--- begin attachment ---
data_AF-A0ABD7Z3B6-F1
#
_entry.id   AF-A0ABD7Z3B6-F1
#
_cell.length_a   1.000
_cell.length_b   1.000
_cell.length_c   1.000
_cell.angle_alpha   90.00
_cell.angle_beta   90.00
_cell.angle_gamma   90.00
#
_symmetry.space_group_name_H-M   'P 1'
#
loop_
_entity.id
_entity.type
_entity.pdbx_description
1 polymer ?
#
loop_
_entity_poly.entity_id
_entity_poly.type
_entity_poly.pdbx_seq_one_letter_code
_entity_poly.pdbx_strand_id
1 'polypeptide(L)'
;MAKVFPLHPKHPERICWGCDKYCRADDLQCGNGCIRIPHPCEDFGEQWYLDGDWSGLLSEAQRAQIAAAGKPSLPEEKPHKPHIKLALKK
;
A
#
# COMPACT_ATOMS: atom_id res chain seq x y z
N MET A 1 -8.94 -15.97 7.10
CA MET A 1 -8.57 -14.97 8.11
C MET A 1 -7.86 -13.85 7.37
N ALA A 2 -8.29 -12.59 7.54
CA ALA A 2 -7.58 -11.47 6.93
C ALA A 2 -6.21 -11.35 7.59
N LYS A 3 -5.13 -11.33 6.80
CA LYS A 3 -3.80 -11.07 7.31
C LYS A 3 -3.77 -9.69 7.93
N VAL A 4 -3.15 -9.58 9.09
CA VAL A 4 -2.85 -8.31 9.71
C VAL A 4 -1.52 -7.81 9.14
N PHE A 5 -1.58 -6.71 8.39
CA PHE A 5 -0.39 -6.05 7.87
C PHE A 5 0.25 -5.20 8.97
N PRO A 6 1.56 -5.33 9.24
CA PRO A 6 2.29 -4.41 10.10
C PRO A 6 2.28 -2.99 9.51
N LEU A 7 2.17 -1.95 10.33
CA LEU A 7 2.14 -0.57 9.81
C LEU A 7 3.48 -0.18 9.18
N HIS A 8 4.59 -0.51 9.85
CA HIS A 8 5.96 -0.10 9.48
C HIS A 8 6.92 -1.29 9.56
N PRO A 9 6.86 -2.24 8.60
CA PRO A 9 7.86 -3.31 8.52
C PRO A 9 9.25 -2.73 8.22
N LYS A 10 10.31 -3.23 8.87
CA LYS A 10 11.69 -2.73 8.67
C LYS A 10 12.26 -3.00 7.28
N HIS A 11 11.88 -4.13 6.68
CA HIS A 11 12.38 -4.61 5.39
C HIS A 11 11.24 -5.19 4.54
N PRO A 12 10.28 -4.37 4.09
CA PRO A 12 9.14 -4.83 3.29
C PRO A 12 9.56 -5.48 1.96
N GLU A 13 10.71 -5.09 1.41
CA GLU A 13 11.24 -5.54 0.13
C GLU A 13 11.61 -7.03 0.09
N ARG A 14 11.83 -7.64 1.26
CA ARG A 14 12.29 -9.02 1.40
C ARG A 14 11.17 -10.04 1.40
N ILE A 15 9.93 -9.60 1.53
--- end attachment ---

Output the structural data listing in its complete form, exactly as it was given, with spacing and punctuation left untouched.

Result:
data_AF-A0ABD7Z3B6-F1
#
_entry.id   AF-A0ABD7Z3B6-F1
#
_cell.length_a   1.000
_cell.length_b   1.000
_cell.length_c   1.000
_cell.angle_alpha   90.00
_cell.angle_beta   90.00
_cell.angle_gamma   90.00
#
_symmetry.space_group_name_H-M   'P 1'
#
loop_
_entity.id
_entity.type
_entity.pdbx_description
1 polymer ?
#
loop_
_entity_poly.entity_id
_entity_poly.type
_entity_poly.pdbx_seq_one_letter_code
_entity_poly.pdbx_strand_id
1 'polypeptide(L)'
;MAKVFPLHPKHPERICWGCDKYCRADDLQCGNGCIRIPHPCEDFGEQWYLDGDWSGLLSEAQRAQIAAAGKPSLPEEKPHKPHIKLALKK
;
A
#
# COMPACT_ATOMS: atom_id res chain seq x y z
N MET A 1 -8.94 -15.97 7.10
CA MET A 1 -8.57 -14.97 8.11
C MET A 1 -7.86 -13.85 7.37
N ALA A 2 -8.29 -12.59 7.54
CA ALA A 2 -7.58 -11.47 6.93
C ALA A 2 -6.21 -11.35 7.59
N LYS A 3 -5.13 -11.33 6.80
CA LYS A 3 -3.80 -11.07 7.31
C LYS A 3 -3.77 -9.69 7.93
N VAL A 4 -3.15 -9.58 9.09
CA VAL A 4 -2.85 -8.31 9.71
C VAL A 4 -1.52 -7.81 9.14
N PHE A 5 -1.58 -6.71 8.39
CA PHE A 5 -0.39 -6.05 7.87
C PHE A 5 0.25 -5.20 8.97
N PRO A 6 1.56 -5.33 9.24
CA PRO A 6 2.29 -4.41 10.10
C PRO A 6 2.28 -2.99 9.51
N LEU A 7 2.17 -1.95 10.33
CA LEU A 7 2.14 -0.57 9.81
C LEU A 7 3.48 -0.18 9.18
N HIS A 8 4.59 -0.51 9.85
CA HIS A 8 5.96 -0.10 9.48
C HIS A 8 6.92 -1.29 9.56
N PRO A 9 6.86 -2.24 8.60
CA PRO A 9 7.86 -3.31 8.52
C PRO A 9 9.25 -2.73 8.22
N LYS A 10 10.31 -3.23 8.87
CA LYS A 10 11.69 -2.73 8.67
C LYS A 10 12.26 -3.00 7.28
N HIS A 11 11.88 -4.13 6.68
CA HIS A 11 12.38 -4.61 5.39
C HIS A 11 11.24 -5.19 4.54
N PRO A 12 10.28 -4.37 4.09
CA PRO A 12 9.14 -4.83 3.29
C PRO A 12 9.56 -5.48 1.96
N GLU A 13 10.71 -5.09 1.41
CA GLU A 13 11.24 -5.54 0.13
C GLU A 13 11.61 -7.03 0.09
N ARG A 14 11.83 -7.64 1.26
CA ARG A 14 12.29 -9.02 1.40
C ARG A 14 11.17 -10.04 1.40
N ILE A 15 9.93 -9.60 1.53